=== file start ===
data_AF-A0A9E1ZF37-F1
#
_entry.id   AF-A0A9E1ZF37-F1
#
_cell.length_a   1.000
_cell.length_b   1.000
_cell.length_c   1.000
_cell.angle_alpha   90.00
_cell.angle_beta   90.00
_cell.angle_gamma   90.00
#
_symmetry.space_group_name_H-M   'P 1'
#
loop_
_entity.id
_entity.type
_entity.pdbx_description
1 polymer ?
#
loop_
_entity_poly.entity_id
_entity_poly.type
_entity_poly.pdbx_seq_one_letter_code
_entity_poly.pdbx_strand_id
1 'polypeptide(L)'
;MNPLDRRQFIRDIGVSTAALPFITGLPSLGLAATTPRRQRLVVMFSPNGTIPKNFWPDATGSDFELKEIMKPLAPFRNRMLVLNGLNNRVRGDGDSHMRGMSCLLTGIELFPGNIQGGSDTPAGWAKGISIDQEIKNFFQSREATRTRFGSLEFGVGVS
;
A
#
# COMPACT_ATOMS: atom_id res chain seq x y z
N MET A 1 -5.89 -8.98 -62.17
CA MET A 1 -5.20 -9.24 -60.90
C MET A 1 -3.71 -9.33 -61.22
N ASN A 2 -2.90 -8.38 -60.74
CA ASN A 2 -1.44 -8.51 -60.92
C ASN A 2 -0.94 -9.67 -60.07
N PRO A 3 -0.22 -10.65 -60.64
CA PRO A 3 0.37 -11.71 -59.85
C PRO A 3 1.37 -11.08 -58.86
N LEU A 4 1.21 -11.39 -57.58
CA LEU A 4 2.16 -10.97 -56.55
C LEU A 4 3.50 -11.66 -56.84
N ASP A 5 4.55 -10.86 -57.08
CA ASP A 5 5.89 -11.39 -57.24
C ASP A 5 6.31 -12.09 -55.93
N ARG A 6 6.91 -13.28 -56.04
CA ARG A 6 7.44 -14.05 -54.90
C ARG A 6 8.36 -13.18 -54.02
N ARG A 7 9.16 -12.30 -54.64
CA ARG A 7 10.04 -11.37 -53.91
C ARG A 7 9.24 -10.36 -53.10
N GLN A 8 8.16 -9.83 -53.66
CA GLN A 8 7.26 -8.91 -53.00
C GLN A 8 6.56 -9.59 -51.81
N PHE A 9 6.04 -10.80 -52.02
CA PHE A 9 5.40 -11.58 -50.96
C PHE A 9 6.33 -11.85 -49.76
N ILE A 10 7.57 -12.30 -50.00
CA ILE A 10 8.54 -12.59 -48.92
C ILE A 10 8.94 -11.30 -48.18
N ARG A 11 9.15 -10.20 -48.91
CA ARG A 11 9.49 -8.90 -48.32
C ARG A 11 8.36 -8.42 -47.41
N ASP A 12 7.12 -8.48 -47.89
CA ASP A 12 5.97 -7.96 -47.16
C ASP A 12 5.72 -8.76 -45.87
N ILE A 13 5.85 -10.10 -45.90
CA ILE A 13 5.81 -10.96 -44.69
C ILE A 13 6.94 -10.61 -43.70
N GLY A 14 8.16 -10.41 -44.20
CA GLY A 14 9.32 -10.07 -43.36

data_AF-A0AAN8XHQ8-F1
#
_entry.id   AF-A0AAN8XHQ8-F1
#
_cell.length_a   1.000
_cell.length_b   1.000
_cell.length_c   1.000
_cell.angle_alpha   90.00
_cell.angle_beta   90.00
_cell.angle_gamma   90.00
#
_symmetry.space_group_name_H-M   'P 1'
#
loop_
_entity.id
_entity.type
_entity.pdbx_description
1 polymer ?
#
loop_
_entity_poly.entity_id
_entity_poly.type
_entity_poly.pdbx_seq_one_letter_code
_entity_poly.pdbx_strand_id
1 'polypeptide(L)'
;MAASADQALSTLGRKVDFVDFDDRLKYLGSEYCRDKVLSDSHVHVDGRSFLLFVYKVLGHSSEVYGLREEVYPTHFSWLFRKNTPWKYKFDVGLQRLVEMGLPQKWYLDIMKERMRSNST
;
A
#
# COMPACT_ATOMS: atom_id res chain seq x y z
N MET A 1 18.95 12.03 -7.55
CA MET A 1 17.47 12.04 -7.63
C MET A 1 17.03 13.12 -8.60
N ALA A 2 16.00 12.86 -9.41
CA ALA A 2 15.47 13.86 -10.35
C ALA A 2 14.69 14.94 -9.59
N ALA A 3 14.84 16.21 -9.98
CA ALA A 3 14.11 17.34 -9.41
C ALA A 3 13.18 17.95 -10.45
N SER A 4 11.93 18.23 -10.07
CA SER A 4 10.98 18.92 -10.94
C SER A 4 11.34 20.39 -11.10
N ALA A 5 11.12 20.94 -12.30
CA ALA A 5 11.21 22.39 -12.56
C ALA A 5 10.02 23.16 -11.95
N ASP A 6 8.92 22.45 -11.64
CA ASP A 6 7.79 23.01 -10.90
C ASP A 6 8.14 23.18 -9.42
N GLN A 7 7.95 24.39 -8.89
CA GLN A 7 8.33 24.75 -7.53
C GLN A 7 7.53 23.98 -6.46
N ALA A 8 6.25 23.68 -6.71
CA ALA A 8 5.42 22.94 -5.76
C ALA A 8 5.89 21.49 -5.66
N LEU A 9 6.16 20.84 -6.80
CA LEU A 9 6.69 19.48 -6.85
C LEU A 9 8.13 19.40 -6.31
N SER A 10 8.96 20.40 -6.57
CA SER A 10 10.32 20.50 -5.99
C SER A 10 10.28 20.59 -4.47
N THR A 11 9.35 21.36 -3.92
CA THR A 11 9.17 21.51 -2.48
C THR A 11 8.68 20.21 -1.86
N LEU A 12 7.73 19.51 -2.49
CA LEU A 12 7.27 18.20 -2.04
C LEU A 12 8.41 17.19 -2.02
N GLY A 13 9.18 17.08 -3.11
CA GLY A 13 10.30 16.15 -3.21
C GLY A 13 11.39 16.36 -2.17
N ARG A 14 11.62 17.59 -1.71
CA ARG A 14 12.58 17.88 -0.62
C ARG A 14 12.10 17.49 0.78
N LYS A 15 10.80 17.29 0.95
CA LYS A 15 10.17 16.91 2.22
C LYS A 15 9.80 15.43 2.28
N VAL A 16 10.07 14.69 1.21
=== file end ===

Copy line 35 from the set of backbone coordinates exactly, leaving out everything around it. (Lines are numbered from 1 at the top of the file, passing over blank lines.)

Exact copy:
CA ASN A 2 -1.44 -8.51 -60.92